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After you perform a search, you can sort the articles by Year. This will rearrange the results of your search chronologically, displaying the earliest published articles first. This feature is useful to trace the development of a specific psychoanalytic concept through time.

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Wilson, M. (2019). JAPA 67/1: The Psychoanalytic Body. J. Amer. Psychoanal. Assn., 67(1):11-13.

(2019). Journal of the American Psychoanalytic Association, 67(1):11-13

JAPA 67/1: The Psychoanalytic Body

Mitchell Wilson

JAPA 67/1, our first issue of 2019, is dedicated to new writing on the psychoanalytic body. These essays and original papers all engage key questions regarding gender and sexuality, as well as aspects of embodied experience within psychoanalytic treatment. For some time now, JAPA has published papers pushing the boundaries of classical psychoanalytic theorizing on these matters and putting into question seemingly foundational binaries regarding gendered positions and sexual object choice (see, e.g., Saketopoulou 2014; Hansbury 2017). No doubt this publishing history redounds to our readers’ benefit, as we continue to receive creative and compelling submissions that fall under this broad category. Over the past year, as the essays and papers you are about to read went through our peer-review process, we gradually realized that we had a critical mass of outstanding work that, if brought together, would make for a thought-provoking and memorable JAPA issue. We wish to thank the authors for their efforts. We are also fortunate to have four commentators, Adrienne Harris, Patricia Gherovici, Jonathan House, and Marilia Aisenstein, whose outstanding contributions to psychoanalytic scholarship are well-known to many of our readers.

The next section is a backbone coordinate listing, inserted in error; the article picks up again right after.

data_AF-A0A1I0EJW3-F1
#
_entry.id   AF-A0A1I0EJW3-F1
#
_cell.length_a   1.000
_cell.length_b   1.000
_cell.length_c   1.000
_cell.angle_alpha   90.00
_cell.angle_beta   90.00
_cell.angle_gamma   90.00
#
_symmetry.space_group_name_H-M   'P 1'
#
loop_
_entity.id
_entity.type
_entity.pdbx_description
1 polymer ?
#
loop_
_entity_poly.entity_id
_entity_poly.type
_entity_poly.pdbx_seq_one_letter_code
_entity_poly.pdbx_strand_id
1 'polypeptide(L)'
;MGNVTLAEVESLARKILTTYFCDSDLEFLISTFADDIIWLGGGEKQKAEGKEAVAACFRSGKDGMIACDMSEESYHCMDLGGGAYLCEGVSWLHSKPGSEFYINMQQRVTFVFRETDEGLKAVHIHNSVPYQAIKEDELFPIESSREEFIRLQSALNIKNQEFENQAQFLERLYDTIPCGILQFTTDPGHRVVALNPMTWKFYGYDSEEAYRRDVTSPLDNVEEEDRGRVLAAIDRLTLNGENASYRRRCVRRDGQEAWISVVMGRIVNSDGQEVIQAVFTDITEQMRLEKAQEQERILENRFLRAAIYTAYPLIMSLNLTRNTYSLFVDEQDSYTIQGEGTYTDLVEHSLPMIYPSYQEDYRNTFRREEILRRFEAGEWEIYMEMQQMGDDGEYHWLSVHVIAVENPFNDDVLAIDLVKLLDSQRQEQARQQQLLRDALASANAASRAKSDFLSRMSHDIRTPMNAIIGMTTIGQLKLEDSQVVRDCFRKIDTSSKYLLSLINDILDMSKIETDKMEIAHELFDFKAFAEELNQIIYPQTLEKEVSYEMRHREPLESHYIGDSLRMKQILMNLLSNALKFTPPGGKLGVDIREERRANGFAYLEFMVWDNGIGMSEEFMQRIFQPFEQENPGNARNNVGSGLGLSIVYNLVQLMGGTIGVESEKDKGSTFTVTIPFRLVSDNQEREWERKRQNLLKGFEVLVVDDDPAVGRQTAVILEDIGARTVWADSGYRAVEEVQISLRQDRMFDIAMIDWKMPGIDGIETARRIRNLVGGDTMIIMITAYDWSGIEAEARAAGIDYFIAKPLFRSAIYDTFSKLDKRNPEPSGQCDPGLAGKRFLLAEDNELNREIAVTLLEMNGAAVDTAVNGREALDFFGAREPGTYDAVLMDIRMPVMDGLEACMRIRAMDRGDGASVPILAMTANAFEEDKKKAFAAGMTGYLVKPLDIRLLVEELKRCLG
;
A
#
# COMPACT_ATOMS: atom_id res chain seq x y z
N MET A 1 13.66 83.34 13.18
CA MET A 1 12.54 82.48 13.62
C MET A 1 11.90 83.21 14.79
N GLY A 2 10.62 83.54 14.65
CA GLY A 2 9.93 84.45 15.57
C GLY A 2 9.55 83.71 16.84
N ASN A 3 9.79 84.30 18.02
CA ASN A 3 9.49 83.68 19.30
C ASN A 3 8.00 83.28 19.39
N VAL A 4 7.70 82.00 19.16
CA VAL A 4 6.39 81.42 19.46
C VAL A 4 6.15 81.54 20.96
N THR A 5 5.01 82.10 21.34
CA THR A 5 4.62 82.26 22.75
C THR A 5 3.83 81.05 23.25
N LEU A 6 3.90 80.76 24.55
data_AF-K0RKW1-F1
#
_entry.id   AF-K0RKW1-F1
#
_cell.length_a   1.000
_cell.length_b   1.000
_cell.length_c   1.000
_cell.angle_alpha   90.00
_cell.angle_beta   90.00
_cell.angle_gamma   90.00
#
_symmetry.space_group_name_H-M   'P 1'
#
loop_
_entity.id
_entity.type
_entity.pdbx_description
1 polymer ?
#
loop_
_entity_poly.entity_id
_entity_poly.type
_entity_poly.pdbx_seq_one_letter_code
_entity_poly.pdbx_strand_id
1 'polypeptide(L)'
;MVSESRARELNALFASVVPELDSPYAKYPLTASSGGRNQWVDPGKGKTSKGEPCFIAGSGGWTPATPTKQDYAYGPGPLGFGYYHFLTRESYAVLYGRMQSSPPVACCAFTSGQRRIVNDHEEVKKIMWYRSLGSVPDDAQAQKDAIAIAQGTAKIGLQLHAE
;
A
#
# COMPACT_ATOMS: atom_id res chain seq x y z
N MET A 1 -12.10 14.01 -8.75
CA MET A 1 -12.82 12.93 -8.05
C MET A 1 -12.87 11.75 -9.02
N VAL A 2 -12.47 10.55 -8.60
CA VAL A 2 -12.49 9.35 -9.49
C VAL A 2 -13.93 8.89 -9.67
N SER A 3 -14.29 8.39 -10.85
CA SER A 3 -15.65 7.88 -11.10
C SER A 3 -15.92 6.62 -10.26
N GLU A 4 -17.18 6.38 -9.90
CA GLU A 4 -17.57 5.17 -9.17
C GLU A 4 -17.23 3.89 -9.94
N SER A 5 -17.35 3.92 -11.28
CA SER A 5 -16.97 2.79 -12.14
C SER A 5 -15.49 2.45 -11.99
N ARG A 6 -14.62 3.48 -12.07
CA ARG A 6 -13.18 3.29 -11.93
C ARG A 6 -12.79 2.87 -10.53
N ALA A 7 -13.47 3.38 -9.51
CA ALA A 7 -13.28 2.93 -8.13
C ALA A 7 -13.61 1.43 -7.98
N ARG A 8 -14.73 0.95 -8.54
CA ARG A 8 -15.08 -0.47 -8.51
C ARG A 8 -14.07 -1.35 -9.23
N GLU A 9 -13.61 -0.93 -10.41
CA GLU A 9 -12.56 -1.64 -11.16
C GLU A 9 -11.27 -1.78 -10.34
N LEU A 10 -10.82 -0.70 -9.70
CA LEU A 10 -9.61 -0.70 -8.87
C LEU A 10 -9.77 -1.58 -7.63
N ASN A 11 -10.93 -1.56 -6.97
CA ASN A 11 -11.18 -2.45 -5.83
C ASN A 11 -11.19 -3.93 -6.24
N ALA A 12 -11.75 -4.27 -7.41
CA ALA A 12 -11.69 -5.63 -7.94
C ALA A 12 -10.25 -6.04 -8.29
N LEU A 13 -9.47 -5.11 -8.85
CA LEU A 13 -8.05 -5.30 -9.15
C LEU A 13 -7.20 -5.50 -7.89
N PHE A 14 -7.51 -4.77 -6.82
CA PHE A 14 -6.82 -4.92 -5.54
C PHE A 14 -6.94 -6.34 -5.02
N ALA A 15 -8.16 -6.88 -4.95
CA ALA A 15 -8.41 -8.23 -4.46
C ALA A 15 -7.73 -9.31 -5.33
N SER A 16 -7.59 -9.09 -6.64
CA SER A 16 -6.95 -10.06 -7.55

We begin 67/1 with Rosemary Balsam's essay, “On the Natal Body and Its Confusing Place in Mental Life.” As her title suggests, Balsam takes the reader through some key moments in the intellectual history of psychoanalytic theorizing on the body and describes its uncertain (i.e., “confused”) status in contemporary thinking about it. There is one fact, she asserts, about which there should be no confusion: what she calls “the programmed procreative potential of our natal bodies” (pp. 17-18): Why, she asks, might we not want to recognize this fact? Balsam offers a complex and penetrating answer to this question.

[This is a summary excerpt from the full text of the journal article. The full text of the document is available to journal subscribers on the publisher's website here.]

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